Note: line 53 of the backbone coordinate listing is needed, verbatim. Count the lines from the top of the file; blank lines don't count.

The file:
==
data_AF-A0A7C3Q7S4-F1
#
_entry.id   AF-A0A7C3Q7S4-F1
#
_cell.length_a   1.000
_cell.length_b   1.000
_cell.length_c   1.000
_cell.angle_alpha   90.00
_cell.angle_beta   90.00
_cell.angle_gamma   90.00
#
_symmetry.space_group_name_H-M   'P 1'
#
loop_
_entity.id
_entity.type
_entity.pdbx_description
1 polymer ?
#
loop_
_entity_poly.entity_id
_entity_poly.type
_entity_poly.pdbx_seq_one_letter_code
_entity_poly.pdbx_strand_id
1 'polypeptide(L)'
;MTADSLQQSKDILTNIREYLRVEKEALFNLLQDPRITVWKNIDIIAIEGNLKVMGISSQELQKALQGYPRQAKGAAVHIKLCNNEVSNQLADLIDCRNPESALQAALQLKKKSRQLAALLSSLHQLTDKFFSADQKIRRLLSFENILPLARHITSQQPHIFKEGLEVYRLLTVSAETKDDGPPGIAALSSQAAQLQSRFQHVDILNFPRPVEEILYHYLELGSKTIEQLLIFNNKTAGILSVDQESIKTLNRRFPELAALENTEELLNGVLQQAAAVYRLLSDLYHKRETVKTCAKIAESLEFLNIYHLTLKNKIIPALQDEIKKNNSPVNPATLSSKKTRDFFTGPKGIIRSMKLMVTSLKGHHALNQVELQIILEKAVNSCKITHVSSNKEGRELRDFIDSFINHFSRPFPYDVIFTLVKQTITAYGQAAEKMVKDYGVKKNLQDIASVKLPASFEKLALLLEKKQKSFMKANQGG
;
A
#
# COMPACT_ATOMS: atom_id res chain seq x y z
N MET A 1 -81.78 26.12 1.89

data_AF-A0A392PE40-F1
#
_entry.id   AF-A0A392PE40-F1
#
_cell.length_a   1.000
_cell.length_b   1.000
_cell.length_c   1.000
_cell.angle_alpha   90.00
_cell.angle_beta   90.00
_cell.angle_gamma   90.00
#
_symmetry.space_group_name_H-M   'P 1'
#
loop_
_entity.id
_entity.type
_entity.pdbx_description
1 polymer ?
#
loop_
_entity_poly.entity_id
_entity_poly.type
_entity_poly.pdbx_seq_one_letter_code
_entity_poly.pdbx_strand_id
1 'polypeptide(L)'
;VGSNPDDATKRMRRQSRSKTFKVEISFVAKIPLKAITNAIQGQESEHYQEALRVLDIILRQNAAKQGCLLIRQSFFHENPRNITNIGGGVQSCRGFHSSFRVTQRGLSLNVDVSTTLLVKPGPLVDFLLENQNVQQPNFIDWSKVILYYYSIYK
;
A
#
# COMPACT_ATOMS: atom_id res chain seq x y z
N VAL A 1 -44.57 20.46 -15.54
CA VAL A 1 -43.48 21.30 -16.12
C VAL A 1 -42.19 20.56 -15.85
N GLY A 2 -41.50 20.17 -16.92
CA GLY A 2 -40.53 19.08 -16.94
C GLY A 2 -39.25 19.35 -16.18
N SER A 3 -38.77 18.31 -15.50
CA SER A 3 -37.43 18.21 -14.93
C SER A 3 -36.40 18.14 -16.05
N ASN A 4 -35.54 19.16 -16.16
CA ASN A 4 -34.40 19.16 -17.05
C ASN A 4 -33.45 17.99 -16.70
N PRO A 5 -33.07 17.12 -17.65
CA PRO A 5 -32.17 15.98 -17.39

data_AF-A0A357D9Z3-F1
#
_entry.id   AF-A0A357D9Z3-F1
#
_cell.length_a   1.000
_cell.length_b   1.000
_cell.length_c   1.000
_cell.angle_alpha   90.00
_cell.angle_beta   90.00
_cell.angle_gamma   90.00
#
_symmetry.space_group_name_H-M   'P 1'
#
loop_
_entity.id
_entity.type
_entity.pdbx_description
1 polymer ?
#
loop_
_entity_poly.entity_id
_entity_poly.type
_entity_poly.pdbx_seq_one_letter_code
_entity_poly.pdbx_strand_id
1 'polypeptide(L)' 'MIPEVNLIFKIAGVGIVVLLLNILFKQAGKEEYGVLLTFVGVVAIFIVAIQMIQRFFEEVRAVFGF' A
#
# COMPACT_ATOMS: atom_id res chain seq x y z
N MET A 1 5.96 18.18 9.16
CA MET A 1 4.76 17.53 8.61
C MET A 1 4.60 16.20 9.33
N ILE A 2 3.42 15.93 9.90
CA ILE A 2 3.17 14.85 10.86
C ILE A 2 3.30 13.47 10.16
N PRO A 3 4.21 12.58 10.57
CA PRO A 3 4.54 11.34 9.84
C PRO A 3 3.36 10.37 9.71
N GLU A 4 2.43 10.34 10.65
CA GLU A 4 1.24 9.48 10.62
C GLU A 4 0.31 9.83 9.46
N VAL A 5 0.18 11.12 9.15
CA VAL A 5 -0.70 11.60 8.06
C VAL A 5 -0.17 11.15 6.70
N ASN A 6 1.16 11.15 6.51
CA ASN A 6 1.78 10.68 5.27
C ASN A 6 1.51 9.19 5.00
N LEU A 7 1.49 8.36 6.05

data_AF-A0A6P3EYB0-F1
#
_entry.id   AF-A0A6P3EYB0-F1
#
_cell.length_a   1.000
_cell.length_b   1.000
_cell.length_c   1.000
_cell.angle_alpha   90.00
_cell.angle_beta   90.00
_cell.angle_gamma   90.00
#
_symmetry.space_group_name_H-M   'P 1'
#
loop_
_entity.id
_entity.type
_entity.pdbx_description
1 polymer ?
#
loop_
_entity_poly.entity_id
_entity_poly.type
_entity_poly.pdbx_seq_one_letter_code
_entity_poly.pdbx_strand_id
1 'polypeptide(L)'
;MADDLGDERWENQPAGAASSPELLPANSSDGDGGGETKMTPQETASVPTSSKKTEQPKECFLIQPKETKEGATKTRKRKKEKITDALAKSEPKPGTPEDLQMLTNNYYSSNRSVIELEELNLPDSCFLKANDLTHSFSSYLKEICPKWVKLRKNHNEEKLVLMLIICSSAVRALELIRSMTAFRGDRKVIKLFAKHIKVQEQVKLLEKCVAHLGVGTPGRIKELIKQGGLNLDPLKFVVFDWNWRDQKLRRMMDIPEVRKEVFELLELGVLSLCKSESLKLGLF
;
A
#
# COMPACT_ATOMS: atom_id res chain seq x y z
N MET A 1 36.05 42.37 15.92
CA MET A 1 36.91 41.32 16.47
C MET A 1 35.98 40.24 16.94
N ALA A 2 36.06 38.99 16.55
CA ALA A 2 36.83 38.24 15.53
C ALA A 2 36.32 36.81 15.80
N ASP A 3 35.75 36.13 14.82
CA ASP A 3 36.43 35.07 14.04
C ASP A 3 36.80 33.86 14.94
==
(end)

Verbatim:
_entity_poly.type